To whom does this land and its myriad resources belong?

Landscape, then, actually implies some selected view and often, within that, an idealization – making that which is shown or seen fit into an idea or belief of what should be shown and seen. By the mid-nineteenth century, however, the history of landscape art had begun to extend beyond an impulse to idealize, to other aims and concerns: for instance, to show the ground, water, sky and the animals and plants as realistically as possible, often for mapping or other scientific and practical purposes. Mahamid’s works draw attention to this process in a very acute way, as the Israeli control and consumption of Palestinian space and natural resources (and their very naming) has been and is a key facet of its historical settler colonialism. (3) To whom does this land and its myriad resources belong?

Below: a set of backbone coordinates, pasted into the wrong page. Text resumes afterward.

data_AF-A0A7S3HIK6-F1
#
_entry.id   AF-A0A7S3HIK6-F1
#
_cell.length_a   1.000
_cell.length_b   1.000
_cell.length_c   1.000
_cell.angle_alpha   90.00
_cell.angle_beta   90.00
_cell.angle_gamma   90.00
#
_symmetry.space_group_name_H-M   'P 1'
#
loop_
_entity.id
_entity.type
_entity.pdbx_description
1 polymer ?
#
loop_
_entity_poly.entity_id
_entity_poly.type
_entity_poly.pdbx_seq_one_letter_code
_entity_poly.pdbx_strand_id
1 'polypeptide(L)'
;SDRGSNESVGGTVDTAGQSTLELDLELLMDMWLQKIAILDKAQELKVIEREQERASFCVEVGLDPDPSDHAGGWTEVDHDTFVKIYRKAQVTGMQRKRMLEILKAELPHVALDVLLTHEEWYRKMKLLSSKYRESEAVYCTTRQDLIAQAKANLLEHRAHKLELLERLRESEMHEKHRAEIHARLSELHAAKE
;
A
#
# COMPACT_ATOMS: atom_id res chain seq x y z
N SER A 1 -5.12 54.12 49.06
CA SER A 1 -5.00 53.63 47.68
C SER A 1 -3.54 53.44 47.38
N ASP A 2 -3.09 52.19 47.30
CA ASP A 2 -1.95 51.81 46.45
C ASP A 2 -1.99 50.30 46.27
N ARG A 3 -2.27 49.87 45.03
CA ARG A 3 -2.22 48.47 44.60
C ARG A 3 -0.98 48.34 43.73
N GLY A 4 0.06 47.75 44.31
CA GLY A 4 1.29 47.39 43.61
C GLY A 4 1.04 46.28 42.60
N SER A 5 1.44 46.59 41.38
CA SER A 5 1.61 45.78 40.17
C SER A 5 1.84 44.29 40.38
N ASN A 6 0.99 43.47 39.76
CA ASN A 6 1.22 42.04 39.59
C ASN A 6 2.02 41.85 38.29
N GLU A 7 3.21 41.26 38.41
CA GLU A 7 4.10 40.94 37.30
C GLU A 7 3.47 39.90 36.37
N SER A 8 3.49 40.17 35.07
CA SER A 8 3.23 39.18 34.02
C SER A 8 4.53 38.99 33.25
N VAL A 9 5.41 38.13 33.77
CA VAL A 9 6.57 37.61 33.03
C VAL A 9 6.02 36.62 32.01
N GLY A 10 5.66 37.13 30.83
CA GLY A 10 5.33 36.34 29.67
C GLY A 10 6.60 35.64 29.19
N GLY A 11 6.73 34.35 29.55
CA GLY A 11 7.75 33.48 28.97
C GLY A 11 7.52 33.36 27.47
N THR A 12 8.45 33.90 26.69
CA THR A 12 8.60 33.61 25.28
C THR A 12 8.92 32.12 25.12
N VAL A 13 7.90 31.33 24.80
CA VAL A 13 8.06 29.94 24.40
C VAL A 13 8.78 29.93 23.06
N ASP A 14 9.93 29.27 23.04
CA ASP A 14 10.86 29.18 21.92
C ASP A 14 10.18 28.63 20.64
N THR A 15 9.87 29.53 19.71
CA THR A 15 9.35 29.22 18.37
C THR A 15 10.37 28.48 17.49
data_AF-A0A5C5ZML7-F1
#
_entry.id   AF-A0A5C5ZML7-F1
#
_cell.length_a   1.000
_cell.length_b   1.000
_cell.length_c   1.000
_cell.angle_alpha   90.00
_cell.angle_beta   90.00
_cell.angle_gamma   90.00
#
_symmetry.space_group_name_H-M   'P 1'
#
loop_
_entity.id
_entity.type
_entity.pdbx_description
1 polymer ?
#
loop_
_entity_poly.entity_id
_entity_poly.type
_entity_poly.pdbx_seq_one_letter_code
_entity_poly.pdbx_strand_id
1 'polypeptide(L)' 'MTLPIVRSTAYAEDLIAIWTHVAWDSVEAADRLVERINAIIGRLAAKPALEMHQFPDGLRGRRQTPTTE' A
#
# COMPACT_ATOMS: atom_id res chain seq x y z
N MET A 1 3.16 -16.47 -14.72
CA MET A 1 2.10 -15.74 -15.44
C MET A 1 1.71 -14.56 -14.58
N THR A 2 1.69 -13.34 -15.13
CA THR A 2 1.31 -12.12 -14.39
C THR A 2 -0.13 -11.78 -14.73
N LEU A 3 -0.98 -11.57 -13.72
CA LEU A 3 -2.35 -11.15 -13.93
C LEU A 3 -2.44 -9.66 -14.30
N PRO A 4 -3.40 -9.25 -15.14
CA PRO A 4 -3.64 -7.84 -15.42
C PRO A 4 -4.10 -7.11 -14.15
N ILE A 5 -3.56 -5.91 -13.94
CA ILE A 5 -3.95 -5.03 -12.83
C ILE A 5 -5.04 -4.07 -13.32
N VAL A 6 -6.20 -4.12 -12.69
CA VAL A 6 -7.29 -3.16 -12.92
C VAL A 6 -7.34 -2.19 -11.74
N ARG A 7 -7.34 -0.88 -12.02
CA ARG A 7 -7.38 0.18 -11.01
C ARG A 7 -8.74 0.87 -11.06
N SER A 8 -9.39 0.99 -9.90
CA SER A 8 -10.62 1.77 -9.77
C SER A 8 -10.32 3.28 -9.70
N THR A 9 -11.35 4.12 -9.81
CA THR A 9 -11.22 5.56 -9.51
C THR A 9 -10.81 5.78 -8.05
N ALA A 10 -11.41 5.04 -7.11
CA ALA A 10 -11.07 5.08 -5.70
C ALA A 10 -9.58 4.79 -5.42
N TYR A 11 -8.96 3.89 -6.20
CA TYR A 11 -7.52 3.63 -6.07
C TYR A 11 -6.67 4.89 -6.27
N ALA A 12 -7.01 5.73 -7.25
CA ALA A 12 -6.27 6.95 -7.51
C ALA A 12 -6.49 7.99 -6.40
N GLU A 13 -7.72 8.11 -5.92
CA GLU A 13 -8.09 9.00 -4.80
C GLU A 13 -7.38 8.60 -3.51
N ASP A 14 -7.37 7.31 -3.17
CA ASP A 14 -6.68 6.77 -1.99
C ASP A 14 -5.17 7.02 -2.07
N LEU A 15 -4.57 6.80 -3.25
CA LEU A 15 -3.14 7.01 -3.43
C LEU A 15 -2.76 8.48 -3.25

This is the key question subtended by Mahamid’s works, in a way that both complements and contradicts the beauty of her pictorial forms and the natural historical forms to which they refer. In the twentieth century landscape grew another life for itself when it became conjoined with processes of abstraction and subjective expressiveness in modern art. Mark Rothko’s very late pink paintings, for example, suggestive even of moonscapes (these works were painted in the 1960s when the Apollo program was being televised), have been read as symbols for his own interior ‘mental landscape’. Mahamid’s video film The Tale of a Gazelle (no date) – showing her running over many different kinds of land and space in the occupied West Bank territories and in the state of Israel – has a similar feel: we are seeing, in so far as this can be depicted or indicated, ‘her world,’ which is mental as much as it is physically external to her. (The sound track with its echoing incanting voice strongly reinforces this sense of a mental interiority.)